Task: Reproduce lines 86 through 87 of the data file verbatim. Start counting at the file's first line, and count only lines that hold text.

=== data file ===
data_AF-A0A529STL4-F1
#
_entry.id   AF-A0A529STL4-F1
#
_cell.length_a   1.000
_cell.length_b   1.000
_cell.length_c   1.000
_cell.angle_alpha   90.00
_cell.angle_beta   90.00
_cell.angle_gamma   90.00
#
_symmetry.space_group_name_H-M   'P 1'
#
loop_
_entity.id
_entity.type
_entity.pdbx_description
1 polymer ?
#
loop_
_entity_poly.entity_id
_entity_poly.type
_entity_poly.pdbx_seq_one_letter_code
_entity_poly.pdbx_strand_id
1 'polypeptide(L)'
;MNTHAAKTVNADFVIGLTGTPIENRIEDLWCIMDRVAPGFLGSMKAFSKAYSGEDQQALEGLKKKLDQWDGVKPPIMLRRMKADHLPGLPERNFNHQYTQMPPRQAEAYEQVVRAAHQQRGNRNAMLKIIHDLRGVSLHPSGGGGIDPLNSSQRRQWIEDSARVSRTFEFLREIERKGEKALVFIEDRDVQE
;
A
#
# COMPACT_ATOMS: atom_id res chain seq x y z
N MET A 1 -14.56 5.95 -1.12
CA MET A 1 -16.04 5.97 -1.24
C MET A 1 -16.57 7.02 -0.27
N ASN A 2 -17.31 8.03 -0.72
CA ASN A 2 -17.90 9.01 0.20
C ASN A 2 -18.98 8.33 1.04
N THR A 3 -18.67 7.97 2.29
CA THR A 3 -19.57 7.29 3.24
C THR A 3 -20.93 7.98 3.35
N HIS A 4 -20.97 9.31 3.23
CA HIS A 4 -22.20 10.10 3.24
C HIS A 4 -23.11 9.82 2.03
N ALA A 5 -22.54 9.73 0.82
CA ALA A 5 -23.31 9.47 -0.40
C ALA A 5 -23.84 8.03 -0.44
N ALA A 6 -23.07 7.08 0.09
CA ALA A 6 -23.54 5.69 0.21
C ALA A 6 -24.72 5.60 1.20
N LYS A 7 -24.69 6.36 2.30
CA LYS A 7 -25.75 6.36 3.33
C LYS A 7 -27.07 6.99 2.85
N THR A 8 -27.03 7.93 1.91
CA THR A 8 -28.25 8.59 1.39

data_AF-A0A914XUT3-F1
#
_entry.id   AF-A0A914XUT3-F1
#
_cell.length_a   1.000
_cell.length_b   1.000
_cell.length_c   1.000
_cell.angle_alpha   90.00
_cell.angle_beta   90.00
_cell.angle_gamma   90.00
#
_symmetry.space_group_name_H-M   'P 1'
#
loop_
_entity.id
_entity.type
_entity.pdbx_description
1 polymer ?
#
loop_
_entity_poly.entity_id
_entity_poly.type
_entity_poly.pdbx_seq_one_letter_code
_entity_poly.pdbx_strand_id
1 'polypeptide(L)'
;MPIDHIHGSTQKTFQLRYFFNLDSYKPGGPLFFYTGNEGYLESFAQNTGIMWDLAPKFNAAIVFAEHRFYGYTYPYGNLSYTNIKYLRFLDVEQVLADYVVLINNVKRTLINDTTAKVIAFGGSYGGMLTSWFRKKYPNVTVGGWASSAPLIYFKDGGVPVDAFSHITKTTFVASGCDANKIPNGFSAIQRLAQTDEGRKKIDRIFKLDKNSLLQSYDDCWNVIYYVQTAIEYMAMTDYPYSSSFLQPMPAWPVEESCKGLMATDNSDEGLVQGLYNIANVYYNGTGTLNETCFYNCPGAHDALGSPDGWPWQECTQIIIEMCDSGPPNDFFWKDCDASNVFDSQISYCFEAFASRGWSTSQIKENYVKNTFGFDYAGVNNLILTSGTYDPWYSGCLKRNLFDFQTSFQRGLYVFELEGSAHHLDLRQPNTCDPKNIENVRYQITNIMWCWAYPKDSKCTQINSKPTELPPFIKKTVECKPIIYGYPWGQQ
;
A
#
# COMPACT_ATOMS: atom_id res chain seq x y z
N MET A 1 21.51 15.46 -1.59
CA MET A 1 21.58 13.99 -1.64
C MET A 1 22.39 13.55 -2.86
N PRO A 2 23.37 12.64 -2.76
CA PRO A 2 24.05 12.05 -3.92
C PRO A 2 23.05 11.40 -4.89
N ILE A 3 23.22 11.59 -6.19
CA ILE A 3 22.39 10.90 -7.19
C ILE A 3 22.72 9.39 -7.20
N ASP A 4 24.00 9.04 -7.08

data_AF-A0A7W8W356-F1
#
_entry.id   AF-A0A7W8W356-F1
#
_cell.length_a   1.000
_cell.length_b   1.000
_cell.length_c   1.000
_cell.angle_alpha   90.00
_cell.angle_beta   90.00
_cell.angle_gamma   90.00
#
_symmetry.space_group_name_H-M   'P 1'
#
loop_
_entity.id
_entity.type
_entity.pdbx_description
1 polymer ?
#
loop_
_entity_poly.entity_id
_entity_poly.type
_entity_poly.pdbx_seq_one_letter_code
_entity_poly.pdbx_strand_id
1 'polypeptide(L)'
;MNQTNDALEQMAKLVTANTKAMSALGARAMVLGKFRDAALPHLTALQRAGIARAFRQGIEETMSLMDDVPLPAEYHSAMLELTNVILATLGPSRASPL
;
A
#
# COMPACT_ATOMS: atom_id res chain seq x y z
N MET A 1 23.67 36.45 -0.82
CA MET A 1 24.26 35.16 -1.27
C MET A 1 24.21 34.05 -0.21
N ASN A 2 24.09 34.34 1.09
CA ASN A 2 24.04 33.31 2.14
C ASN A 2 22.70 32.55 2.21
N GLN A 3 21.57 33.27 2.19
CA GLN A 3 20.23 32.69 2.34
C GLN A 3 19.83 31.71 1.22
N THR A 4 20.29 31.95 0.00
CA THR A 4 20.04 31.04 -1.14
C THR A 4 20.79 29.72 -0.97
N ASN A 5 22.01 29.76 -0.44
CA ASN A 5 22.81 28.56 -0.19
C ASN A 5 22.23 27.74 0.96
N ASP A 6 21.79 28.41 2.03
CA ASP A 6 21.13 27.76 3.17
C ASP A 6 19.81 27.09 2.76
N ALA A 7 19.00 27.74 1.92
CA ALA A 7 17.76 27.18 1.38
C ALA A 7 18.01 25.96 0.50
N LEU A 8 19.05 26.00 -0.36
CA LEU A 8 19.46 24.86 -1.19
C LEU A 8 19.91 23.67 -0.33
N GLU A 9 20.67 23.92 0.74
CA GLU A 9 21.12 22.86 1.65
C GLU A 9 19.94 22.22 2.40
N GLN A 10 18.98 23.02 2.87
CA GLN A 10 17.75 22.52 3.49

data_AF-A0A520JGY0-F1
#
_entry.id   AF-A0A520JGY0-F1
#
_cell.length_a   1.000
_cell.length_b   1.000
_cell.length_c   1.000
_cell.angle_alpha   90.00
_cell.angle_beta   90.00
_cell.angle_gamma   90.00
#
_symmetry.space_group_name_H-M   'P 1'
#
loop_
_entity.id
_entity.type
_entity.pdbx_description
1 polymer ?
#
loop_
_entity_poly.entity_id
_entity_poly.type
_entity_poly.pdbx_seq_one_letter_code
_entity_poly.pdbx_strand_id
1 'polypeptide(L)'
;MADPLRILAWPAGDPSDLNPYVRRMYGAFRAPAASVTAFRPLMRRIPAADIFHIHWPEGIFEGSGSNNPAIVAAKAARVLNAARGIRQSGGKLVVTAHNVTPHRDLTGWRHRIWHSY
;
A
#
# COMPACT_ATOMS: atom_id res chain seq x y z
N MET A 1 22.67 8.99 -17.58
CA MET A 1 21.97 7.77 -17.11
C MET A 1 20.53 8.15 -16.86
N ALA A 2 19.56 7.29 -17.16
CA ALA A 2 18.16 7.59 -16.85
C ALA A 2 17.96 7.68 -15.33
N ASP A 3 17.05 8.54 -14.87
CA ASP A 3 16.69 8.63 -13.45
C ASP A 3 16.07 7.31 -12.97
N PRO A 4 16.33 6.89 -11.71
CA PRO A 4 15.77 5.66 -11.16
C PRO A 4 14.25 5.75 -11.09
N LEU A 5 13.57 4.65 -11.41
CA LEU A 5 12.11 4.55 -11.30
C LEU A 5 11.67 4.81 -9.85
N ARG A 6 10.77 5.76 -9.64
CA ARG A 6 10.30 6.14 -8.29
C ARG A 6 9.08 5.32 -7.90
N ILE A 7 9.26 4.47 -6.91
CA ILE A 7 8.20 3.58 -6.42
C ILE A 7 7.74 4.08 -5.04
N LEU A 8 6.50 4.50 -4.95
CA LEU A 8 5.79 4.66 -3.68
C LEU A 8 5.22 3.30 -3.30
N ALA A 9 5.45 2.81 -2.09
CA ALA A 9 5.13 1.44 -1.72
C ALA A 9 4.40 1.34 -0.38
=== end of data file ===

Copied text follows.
C MET A 1 22.39 13.55 -2.86
N PRO A 2 23.37 12.64 -2.76